Pellet Count Vs Pellet Weight

Hey Bruce,

I have a friend who bought about 10 cases of this english ammo, Gamebore White Gold Diamond shot, I am sure you know the stuff. Anyway, its 1 1/8 oz loads, but it does not have a dram listing, but thats not my question. I decided to open a shell up to take a look at the components as I do with all shells. The shot was almost chrome looking, looked about as round as anything else I have seen, and felt pretty round as I rolled em through my fingers.My friend suggested that the load looked kinda light to the eye, so me, like an idiot started counting pellets one by one.

Now, I know that the average number of pellets in a 1 1/8 oz load of #8`s is about 460 pellets if memory serves me correctly. We weighed the charge and came up with just about what it is supposed to be, I think it was about 492 grains. But heres the thing, my pellet count only resulted in about 410 pellets, do you think I counted wrong, or does this have something to do with high antimony shot?

Any help will be appreciated.


Dear Rich,

Antimony weighs less than lead, so lead mixtures with high antimony (hard shot) will weigh LESS than low antimony lead mixtures (soft shot). Generally, if two lead pellets measure exactly the same size, the lighter one will be harder because it has more of the lighter weight antimony in it.

If you have only 410 pellets in a 1-1/8 oz load of #8s, something’s wrong. The book says that you ought to have 462 #8s in 1-1/8 oz and that 410 #8s come in a 1 oz load. Since even the cheapest target shot has 2% antimony and the good stuff has as much as 6%, the difference we are talking about is 4% antimony. I don’t know what the weight of antimony is related to lead (yes, I could look it up, but I won’t), but even if antimony only weighs 1/2 as much as lead, the weight difference would then be 1/2 of 4% or 2%. 2% of 462 is 9 pellets. That’s a long way from 462-410=52 pellets.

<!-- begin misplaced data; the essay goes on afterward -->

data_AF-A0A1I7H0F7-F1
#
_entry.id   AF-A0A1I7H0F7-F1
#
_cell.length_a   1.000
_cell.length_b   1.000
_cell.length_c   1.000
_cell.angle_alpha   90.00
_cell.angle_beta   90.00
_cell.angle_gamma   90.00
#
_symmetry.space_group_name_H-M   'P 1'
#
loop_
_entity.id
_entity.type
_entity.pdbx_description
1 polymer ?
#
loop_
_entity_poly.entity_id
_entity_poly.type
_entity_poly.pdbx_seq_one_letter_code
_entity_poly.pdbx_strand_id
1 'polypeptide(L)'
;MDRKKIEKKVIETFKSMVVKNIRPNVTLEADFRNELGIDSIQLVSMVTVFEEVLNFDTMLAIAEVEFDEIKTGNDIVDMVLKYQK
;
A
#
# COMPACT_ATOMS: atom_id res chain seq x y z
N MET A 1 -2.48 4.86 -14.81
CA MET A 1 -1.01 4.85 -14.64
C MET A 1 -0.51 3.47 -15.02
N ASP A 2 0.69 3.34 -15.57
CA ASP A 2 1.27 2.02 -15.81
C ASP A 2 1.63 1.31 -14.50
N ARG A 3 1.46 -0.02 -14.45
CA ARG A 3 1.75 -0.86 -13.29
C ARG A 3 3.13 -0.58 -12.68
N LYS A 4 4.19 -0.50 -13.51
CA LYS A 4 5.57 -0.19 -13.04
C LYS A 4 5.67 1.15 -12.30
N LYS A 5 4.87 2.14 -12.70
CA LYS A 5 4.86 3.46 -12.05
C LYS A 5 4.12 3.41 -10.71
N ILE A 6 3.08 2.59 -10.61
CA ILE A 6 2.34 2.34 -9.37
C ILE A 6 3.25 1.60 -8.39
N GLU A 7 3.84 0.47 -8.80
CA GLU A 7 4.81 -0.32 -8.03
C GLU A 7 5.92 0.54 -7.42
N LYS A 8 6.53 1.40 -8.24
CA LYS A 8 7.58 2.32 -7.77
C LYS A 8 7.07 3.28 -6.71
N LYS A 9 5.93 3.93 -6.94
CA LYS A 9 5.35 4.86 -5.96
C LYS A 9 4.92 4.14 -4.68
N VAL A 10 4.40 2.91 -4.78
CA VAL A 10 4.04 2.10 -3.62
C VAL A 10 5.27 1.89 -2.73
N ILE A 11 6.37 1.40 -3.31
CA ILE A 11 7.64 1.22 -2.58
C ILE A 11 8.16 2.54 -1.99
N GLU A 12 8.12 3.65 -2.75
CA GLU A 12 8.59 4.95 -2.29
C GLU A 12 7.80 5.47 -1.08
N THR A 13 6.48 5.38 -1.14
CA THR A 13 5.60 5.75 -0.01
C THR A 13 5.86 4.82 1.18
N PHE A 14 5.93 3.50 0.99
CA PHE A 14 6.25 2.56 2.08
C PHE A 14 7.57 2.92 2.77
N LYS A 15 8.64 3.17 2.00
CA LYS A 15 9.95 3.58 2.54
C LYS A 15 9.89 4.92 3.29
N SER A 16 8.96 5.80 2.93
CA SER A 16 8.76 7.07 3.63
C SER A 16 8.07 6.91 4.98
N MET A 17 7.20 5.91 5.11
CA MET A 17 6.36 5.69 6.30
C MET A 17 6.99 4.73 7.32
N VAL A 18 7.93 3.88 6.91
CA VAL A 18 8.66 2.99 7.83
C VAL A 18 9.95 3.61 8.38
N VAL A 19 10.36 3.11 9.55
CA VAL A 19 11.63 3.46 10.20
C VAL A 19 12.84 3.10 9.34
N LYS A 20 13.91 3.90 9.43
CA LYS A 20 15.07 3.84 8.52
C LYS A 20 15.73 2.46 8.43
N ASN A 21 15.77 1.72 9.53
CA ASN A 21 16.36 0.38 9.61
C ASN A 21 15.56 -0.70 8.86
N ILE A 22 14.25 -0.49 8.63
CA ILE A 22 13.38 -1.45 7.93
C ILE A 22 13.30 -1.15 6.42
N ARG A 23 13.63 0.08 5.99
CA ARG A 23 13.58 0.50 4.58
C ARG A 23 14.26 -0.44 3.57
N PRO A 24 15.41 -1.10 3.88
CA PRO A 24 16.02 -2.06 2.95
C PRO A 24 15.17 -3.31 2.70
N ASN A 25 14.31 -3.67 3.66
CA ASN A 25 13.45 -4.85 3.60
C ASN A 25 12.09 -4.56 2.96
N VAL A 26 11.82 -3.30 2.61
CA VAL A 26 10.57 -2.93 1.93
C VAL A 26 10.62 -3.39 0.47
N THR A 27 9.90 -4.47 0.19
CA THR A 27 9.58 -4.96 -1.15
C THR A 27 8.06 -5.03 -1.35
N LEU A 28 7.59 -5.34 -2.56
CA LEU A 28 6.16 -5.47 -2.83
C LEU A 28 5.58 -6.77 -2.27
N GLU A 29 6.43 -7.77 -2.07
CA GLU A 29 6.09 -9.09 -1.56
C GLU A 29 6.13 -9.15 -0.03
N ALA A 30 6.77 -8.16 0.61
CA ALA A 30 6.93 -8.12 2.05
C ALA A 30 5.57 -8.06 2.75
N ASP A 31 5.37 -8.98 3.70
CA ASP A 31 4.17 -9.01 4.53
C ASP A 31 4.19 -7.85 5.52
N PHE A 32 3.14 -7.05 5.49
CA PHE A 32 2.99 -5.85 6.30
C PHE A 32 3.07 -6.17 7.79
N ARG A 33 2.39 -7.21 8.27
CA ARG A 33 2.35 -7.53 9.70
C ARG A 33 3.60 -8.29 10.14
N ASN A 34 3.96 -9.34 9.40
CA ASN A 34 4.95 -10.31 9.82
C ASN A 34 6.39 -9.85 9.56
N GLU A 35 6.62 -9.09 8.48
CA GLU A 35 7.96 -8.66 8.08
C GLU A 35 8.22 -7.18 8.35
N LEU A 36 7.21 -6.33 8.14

So if the numbers you gave me are right, you aren’t dealing with #8 sized pellets. They are larger and sound as though they are approaching #7-1/2 in size. Two minutes with a micrometer would save us all a lot of time. Remember the Rule of 17. Pellet size in hundredths of an inch is 17 minus the pellet number. 17-8=9. A #8 sized pellet ought to be .09″ in diameter.

I’ve been shooting Gamebores for a while and also marveled at the shiny shot. I think they are a great shell, especially the paper ones. Now I suppose I’ll have to go and mike some. See all the trouble you’ve caused.

Best regards,

Bruce Buck
The Technoid writing for Shotgun Report, LLC
(Often in error. Never in doubt.)

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2 Responses to Pellet Count Vs Pellet Weight

  1. Spencer B. says:

    Tom Roster says this of Gamebore White Gold #8’s in a Shotgun Life article online –

    “The shot size in the one-ounce Gamebore White Gold lead target load sent me was stamped No. 8. They miced out an average diameter of .091 inch which makes them true to a U.S. No.8 (.090 inch). A 10-pellet sample measured for diameter revealed beautifully round and uniform, silver-colored lead shot called by Kent “Diamond Shot.” The silver color gives the appearance of nickel plating, but is actually just a coloring artifact from high polishing.”

    I suppose that, as with any ammunition, product may vary by case lot?

    Happy shooting, all!


  2. chris.g says:

    I hate to spoil the party, but an English sized 7# or 8# shot is not sized the same as an American 7# or 8# I suppose it depends which reference chart is looked at when comparing English and American sized shot for diameter. If memory serves correct, American shot is one size bigger than English shot.


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